Malkolm is cycling on! He is now cycling from Alaska to Washington DC, and then continuing on to the UN Climate Change conference in Cancun in December.
It all started with Bird Year, Malkolm and his parents' year-long, fossil-fuel-free journey in search of birds. Cycling a total of 13,133 miles (21,144 km), they identified 548 different bird species and raised more than $25,000 for bird conservation. Bird Year turned them into confirmed cyclists and taught them that climate change was more serious than they had thought.
In 2009, Malkolm biked from Whitehorse to Ottawa as a part of Pedal for the Planet: the project called for the Canadian Government to become a leader in the struggle to come to grips with climate change. The Harper Government did not even meet with the young cyclists.
Malkolm is now 18 and just finished high school. On August 24, he dipped his foot in the Pacific Ocean in Skagway, Alaska. Then headed up and over the White Pass to the Alaska Highway on his journey to Washington and on to Cancun.

Saturday, September 8, 2007

S.O.S. (Ken)

We just passed the 3000 mile mark on our Bird Year journey. Some days my legs feel as if we’ve traveled a long way. It’s our own fault, but we’re carrying too much stuff (including a heavy camera with a telephoto lens, a scope, a tripod and a laptop computer to update our Bird Year website). Yesterday we cycled 60+ miles. We went up and down a series of short, steep hills and winding corners. We needed a place to rest at the end of the day.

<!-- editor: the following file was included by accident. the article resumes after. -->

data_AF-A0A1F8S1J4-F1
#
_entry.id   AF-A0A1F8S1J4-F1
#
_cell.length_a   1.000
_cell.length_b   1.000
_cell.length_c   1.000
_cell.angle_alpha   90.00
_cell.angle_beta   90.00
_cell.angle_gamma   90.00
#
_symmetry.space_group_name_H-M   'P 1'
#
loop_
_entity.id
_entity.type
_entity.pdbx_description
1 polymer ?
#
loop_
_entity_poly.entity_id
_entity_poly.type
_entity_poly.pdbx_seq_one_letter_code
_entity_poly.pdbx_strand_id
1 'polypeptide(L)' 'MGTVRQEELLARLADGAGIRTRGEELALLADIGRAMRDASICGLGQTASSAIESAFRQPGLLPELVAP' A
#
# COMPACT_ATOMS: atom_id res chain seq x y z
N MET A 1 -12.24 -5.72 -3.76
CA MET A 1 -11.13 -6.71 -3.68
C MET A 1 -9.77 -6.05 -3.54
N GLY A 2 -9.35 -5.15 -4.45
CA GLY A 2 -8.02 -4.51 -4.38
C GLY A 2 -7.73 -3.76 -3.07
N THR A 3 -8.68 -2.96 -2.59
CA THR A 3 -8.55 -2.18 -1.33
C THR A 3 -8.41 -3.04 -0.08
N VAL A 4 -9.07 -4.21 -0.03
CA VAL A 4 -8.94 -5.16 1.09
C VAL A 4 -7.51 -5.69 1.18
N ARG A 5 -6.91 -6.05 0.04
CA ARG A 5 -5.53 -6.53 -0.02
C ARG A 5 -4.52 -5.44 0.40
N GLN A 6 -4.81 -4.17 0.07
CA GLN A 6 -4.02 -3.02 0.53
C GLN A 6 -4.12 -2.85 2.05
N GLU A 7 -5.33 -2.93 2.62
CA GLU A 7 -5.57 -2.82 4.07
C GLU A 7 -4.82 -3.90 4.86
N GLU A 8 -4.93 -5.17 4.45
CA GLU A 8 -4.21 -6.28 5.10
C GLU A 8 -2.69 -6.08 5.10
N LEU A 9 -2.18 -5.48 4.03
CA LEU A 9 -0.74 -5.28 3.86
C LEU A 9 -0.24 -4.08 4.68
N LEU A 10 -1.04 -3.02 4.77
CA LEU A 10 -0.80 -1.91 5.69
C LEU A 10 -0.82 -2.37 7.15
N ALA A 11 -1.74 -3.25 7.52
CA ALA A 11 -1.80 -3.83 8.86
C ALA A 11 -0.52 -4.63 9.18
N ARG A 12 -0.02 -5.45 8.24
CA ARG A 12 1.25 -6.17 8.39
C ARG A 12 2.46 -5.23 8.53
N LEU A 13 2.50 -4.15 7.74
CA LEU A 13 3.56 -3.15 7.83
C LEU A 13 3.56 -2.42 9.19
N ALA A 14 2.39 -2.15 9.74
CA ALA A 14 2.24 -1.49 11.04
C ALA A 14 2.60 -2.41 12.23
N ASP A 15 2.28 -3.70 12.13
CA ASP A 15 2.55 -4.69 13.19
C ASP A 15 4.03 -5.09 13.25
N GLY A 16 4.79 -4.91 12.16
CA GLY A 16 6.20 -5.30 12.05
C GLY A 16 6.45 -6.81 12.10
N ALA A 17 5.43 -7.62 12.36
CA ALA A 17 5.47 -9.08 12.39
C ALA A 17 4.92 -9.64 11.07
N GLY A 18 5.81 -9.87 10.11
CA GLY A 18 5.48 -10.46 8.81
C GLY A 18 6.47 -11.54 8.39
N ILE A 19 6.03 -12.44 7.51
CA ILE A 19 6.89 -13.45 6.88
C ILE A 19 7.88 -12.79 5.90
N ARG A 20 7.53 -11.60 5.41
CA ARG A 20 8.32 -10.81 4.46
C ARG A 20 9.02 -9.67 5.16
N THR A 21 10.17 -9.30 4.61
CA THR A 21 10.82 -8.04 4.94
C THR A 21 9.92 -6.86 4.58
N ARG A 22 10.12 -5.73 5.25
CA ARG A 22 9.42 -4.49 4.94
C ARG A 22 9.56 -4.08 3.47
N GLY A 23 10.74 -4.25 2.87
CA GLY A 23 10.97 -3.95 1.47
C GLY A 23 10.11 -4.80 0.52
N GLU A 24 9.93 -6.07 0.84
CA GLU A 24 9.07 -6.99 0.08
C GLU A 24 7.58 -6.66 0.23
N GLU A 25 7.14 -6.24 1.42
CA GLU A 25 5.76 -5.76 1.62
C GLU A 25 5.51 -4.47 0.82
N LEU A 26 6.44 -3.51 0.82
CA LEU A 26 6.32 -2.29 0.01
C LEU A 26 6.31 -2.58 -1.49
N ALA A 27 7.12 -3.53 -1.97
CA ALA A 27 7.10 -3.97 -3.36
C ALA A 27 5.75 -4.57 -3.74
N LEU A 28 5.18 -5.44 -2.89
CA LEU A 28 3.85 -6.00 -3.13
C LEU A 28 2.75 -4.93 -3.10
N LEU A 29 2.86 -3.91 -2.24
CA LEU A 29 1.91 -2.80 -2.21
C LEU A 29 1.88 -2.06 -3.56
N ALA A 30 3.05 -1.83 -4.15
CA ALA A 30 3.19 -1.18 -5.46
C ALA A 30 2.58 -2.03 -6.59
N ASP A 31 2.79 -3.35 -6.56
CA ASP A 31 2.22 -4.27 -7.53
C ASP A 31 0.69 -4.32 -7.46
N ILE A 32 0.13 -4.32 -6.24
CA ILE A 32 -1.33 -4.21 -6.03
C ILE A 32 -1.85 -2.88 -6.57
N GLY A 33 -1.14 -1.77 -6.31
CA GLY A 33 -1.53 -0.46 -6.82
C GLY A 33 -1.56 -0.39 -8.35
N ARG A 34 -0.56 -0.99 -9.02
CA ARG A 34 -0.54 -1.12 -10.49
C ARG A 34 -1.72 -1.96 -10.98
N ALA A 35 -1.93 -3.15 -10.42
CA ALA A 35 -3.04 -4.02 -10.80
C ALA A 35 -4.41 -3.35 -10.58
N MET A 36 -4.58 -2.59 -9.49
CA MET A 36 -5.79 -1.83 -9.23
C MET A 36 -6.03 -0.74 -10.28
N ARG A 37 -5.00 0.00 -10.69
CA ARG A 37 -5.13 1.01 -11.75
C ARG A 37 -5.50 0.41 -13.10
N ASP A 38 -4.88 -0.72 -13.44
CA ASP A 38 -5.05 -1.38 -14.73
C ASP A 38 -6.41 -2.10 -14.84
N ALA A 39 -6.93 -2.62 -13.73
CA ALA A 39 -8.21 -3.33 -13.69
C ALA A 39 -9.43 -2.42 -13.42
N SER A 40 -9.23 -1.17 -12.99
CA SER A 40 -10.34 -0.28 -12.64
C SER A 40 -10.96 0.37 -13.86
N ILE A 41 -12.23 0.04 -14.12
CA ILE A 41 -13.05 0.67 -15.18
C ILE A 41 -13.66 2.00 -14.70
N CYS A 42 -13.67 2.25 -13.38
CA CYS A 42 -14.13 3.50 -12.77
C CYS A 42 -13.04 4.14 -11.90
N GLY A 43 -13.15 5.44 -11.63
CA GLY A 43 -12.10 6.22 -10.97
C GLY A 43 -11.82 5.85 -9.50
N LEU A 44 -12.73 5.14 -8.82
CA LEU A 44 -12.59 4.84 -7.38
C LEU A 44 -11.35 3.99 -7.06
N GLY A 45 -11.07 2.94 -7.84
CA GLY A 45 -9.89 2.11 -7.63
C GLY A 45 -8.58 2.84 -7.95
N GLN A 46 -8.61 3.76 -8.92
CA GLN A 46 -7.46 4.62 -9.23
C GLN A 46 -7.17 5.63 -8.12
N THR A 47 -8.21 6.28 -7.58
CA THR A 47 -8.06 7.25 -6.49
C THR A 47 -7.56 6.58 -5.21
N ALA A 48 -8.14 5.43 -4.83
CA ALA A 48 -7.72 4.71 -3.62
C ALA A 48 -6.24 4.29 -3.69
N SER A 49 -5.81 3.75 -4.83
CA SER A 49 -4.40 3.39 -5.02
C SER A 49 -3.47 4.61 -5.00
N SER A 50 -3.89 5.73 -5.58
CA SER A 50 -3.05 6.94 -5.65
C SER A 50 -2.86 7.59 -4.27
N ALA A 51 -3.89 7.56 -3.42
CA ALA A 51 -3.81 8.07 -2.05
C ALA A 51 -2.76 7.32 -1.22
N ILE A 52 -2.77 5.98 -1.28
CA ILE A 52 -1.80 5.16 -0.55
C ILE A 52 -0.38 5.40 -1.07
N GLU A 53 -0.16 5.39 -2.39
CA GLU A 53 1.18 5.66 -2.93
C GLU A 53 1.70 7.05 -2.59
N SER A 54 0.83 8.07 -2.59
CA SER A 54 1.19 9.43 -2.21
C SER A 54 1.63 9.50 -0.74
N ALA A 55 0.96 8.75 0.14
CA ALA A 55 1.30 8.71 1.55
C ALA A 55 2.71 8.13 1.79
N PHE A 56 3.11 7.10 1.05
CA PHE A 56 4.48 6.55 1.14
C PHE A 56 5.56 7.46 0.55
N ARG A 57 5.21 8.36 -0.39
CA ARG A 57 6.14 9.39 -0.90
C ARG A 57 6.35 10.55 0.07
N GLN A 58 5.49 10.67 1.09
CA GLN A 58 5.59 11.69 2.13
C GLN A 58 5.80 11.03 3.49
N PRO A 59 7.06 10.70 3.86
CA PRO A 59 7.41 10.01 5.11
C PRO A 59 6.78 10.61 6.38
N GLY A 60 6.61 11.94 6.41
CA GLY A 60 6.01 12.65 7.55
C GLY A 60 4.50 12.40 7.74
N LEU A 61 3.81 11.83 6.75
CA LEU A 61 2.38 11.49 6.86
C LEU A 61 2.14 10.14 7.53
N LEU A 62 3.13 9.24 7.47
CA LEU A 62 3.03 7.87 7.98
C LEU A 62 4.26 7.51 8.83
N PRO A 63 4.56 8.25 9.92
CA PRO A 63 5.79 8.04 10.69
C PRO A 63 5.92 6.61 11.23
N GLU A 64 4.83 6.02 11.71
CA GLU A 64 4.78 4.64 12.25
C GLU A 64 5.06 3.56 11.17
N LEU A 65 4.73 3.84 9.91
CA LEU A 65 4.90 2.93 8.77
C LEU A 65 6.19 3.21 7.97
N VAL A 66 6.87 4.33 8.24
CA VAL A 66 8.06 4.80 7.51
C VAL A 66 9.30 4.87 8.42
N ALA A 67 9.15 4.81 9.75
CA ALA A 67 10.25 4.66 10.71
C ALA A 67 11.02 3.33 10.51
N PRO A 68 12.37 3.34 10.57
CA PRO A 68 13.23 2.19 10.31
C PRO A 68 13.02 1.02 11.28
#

A few days ago in Fort Bragg we joined some members of the Mendocino Coast Audubon Society on their S.O.S. (Save Our Shorebirds) project. They’re keeping track of the shorebirds that stop to feed and rest at “stop-over” sites along the coast. They are also communicating with people about how to care for these important places along the bird’s migratory path. Among the birds we saw were Red-necked Phalaropes, Whimbrels, Semi-palmated Sandpipers, Short-billed Dowitchers and a Buff-breasted Sandpiper.
The shorebirds are traveling a lot further than Malkolm, Wendy and I. And our “migration” is by choice. The shorebirds don’t have a choice – they have to rest and fuel for the next stage of their long migration. Our best wishes go out to the great people who give up their time for projects like SOS.


Kirst said...

Any semipalmated plovers ie. the CUTEST BIRDS EVER?

Suzanne said...

WOW 3,000 miles. You guys rock.
I biked 18.8km and my knee was a bit tender.
I so enjoy your blog and hearing about all the great birds. The most exciting bird I've seen for the first time (on Saltspring) was a turkey vulture. Actually there were a few of them. Very cool.
I wish you continued safe journey and strong knees.